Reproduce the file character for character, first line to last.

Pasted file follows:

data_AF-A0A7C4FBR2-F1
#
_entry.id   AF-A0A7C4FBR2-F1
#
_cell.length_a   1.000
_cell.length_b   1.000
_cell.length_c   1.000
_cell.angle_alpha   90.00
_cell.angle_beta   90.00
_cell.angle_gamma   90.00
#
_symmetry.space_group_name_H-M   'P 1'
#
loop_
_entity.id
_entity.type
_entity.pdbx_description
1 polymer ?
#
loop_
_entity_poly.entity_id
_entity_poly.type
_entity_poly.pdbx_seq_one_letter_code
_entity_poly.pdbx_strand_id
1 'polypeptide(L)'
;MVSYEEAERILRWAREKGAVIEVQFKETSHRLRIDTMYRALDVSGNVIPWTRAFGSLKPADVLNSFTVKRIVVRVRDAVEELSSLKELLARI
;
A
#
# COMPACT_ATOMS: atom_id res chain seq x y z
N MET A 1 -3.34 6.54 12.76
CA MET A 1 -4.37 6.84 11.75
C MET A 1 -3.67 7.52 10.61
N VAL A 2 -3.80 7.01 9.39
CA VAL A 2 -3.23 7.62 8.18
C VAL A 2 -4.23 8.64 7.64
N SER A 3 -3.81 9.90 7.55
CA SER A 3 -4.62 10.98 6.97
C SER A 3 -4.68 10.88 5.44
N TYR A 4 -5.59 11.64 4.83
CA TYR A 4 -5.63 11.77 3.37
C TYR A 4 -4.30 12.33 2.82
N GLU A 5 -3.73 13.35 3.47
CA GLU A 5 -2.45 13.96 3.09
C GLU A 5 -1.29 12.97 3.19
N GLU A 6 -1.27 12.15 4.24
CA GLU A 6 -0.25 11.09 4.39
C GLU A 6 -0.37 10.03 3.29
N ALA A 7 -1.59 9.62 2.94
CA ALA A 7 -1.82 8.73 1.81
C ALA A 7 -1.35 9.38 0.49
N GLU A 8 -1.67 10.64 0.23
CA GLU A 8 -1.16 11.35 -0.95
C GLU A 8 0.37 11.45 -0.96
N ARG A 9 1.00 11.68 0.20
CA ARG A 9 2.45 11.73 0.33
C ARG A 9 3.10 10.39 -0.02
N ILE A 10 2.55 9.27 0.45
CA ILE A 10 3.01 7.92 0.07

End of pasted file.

data_AF-A0A7C4FBR2-F1
#
_entry.id   AF-A0A7C4FBR2-F1
#
_cell.length_a   1.000
_cell.length_b   1.000
_cell.length_c   1.000
_cell.angle_alpha   90.00
_cell.angle_beta   90.00
_cell.angle_gamma   90.00
#
_symmetry.space_group_name_H-M   'P 1'
#
loop_
_entity.id
_entity.type
_entity.pdbx_description
1 polymer ?
#
loop_
_entity_poly.entity_id
_entity_poly.type
_entity_poly.pdbx_seq_one_letter_code
_entity_poly.pdbx_strand_id
1 'polypeptide(L)'
;MVSYEEAERILRWAREKGAVIEVQFKETSHRLRIDTMYRALDVSGNVIPWTRAFGSLKPADVLNSFTVKRIVVRVRDAVEELSSLKELLARI
;
A
#
# COMPACT_ATOMS: atom_id res chain seq x y z
N MET A 1 -3.34 6.54 12.76
CA MET A 1 -4.37 6.84 11.75
C MET A 1 -3.67 7.52 10.61
N VAL A 2 -3.80 7.01 9.39
CA VAL A 2 -3.23 7.62 8.18
C VAL A 2 -4.23 8.64 7.64
N SER A 3 -3.81 9.90 7.55
CA SER A 3 -4.62 10.98 6.97
C SER A 3 -4.68 10.88 5.44
N TYR A 4 -5.59 11.64 4.83
CA TYR A 4 -5.63 11.77 3.37
C TYR A 4 -4.30 12.33 2.82
N GLU A 5 -3.73 13.35 3.47
CA GLU A 5 -2.45 13.96 3.09
C GLU A 5 -1.29 12.97 3.19
N GLU A 6 -1.27 12.15 4.24
CA GLU A 6 -0.25 11.09 4.39
C GLU A 6 -0.37 10.03 3.29
N ALA A 7 -1.59 9.62 2.94
CA ALA A 7 -1.82 8.73 1.81
C ALA A 7 -1.35 9.38 0.49
N GLU A 8 -1.67 10.64 0.23
CA GLU A 8 -1.16 11.35 -0.95
C GLU A 8 0.37 11.45 -0.96
N ARG A 9 1.00 11.68 0.20
CA ARG A 9 2.45 11.73 0.33
C ARG A 9 3.10 10.39 -0.02
N ILE A 10 2.55 9.27 0.45
CA ILE A 10 3.01 7.92 0.07